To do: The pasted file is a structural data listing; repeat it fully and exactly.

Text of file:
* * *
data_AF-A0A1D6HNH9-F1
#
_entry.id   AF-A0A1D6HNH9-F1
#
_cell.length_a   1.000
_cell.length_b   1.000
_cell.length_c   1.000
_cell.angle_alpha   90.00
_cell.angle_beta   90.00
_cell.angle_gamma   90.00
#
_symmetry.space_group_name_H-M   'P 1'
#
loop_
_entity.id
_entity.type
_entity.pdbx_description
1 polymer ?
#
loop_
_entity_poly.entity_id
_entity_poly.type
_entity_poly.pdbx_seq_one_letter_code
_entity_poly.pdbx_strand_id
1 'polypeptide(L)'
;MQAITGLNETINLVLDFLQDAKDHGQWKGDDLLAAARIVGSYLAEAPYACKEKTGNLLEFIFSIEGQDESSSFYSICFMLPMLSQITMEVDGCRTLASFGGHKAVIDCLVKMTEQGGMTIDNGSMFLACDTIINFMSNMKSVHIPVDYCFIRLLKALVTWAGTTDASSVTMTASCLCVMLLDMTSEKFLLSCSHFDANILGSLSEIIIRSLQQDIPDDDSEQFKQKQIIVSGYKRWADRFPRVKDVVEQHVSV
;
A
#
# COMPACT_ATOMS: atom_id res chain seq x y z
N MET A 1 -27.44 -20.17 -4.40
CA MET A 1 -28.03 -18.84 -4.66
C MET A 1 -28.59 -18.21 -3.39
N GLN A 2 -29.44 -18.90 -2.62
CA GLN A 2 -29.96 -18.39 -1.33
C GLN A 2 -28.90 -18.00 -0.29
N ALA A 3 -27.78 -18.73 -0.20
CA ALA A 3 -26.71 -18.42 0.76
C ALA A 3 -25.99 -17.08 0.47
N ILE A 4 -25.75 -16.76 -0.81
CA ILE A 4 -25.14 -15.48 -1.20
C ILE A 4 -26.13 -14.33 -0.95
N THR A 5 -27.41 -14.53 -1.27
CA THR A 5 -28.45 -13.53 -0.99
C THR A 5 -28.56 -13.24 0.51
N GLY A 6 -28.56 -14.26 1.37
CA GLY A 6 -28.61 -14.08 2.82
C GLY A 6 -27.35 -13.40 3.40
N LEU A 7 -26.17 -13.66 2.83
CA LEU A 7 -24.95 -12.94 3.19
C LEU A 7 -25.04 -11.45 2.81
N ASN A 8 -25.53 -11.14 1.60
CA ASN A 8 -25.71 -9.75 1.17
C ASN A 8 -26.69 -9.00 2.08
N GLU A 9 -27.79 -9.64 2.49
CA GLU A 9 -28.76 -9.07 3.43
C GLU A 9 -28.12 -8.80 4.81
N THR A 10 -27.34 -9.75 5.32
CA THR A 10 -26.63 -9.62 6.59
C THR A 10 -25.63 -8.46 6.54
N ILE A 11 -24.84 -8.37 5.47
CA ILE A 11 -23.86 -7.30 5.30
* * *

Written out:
data_AF-A0A1D6HNH9-F1
#
_entry.id   AF-A0A1D6HNH9-F1
#
_cell.length_a   1.000
_cell.length_b   1.000
_cell.length_c   1.000
_cell.angle_alpha   90.00
_cell.angle_beta   90.00
_cell.angle_gamma   90.00
#
_symmetry.space_group_name_H-M   'P 1'
#
loop_
_entity.id
_entity.type
_entity.pdbx_description
1 polymer ?
#
loop_
_entity_poly.entity_id
_entity_poly.type
_entity_poly.pdbx_seq_one_letter_code
_entity_poly.pdbx_strand_id
1 'polypeptide(L)'
;MQAITGLNETINLVLDFLQDAKDHGQWKGDDLLAAARIVGSYLAEAPYACKEKTGNLLEFIFSIEGQDESSSFYSICFMLPMLSQITMEVDGCRTLASFGGHKAVIDCLVKMTEQGGMTIDNGSMFLACDTIINFMSNMKSVHIPVDYCFIRLLKALVTWAGTTDASSVTMTASCLCVMLLDMTSEKFLLSCSHFDANILGSLSEIIIRSLQQDIPDDDSEQFKQKQIIVSGYKRWADRFPRVKDVVEQHVSV
;
A
#
# COMPACT_ATOMS: atom_id res chain seq x y z
N MET A 1 -27.44 -20.17 -4.40
CA MET A 1 -28.03 -18.84 -4.66
C MET A 1 -28.59 -18.21 -3.39
N GLN A 2 -29.44 -18.90 -2.62
CA GLN A 2 -29.96 -18.39 -1.33
C GLN A 2 -28.90 -18.00 -0.29
N ALA A 3 -27.78 -18.73 -0.20
CA ALA A 3 -26.71 -18.42 0.76
C ALA A 3 -25.99 -17.08 0.47
N ILE A 4 -25.75 -16.76 -0.81
CA ILE A 4 -25.14 -15.48 -1.20
C ILE A 4 -26.13 -14.33 -0.95
N THR A 5 -27.41 -14.53 -1.27
CA THR A 5 -28.45 -13.53 -0.99
C THR A 5 -28.56 -13.24 0.51
N GLY A 6 -28.56 -14.26 1.37
CA GLY A 6 -28.61 -14.08 2.82
C GLY A 6 -27.35 -13.40 3.40
N LEU A 7 -26.17 -13.66 2.83
CA LEU A 7 -24.95 -12.94 3.19
C LEU A 7 -25.04 -11.45 2.81
N ASN A 8 -25.53 -11.14 1.60
CA ASN A 8 -25.71 -9.75 1.17
C ASN A 8 -26.69 -9.00 2.08
N GLU A 9 -27.79 -9.64 2.49
CA GLU A 9 -28.76 -9.07 3.43
C GLU A 9 -28.12 -8.80 4.81
N THR A 10 -27.34 -9.75 5.32
CA THR A 10 -26.63 -9.62 6.59
C THR A 10 -25.63 -8.46 6.54
N ILE A 11 -24.84 -8.37 5.47
CA ILE A 11 -23.86 -7.30 5.30